Trade Cases

Customs Bill Passes Senate and Heads to White House

Written by Sandy Williams

The Trade Facilitation and Trade Enforcement Act of 2015 passed by a margin of 75-20 in the Senate this morning. The customs bill has been advocated by the steel industry to strengthen measures to combat unfairly traded and subsidized imports. The bill now moves to the President for anticipated approval and signature. 

The American Iron and Steel institute applauded passage of the bill in a press release:

WASHINGTON, D.C. – The American Iron and Steel Institute (AISI) today hailed Senate passage, by a vote of 75-20, of the conference report for the Trade Facilitation and Trade Enforcement Act of 2015 (the customs bill). The measure includes the ENFORCE Act, which is critical to the steel industry to ensure that antidumping and countervailing duty orders against unfairly traded imports are being fully and vigorously enforced at the border.

“By approving the customs bill today a majority of U.S. Senators voted to ensure strong enforcement of our trade remedy laws. This is an important piece of legislation that gives U.S. manufacturing industries and their workers new tools to fight back against unfair trade, said Thomas J. Gibson, president and CEO of the American Iron and Steel Institute (AISI). “Steel imports are decimating the American steel industry and it is imperative that we have the strongest tools and resources to fight back. The ENFORCE Act would create new procedures at Customs and Border Protection to address the evasion of antidumping and countervailing duty orders within set deadlines. If we do not strongly enforce our trade laws, the domestic steel industry will continue to suffer harm. We appreciate the support of our steel champions in Congress and of the Administration on this bill, and look forward to these provisions being signed into law and implemented as quickly as possible to help fight against the rampant evasion of trade remedy orders that continues to injure the steel industry.”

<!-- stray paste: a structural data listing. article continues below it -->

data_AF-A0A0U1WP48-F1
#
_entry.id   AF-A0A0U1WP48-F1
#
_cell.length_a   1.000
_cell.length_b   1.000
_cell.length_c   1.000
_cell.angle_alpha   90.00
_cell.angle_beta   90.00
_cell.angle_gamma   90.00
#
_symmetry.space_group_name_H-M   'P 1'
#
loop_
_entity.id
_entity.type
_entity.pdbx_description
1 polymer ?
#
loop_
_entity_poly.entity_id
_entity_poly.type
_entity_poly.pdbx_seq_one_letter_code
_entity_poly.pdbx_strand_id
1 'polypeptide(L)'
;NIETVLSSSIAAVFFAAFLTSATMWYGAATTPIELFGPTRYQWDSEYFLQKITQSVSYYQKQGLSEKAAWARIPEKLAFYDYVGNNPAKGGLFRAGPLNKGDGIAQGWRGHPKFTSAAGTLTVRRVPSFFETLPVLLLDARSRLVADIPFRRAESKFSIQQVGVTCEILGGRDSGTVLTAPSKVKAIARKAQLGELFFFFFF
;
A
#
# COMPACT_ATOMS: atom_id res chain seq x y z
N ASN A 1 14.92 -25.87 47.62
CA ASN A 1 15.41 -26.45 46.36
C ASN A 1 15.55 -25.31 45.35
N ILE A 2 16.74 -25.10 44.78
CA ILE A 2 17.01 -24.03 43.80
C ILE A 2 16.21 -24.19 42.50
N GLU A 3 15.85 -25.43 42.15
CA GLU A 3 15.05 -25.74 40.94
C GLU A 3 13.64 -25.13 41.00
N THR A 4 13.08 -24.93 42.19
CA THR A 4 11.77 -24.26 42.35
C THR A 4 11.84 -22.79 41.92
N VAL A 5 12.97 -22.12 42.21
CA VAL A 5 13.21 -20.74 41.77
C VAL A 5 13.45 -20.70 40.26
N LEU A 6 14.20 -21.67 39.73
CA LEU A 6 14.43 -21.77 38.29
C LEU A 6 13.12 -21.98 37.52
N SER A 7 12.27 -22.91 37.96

The Steel Manufacturers Association President Philip K. Bell had the following comments on passage of the Act.

“I am pleased that the Senate has passed this long overdue legislation. Of particular importance to SMA members are provisions that address the growing and injurious practice engaged in by foreign competitors who seek to evade U.S. antidumping and countervailing duties, oftentimes by transshipping products through a third country and/or misclassifying the true origin of imports entering the United States,” said Bell.

“Rampant duty evasion undermines the impact of trade cases, thereby harming the domestic industry and its workforce. The passage of this legislation is an important step in ensuring that duties are collected and our nation’s trade laws are enforced,” said Bell.

Sens. Orrin Hatch (R-Utah) and Ron Wyden (D-Ore.), leaders for the legislation praised the Senate for passing the Act. Hatch said it marks “a major step forward” to bolster U.S. interests in international trade.

“This bill is about coming down hard on the trade cheats who are ripping off American jobs, and the truth is past trade policies were often too old, too slow or too weak for our country to fight back,” said Wyden.

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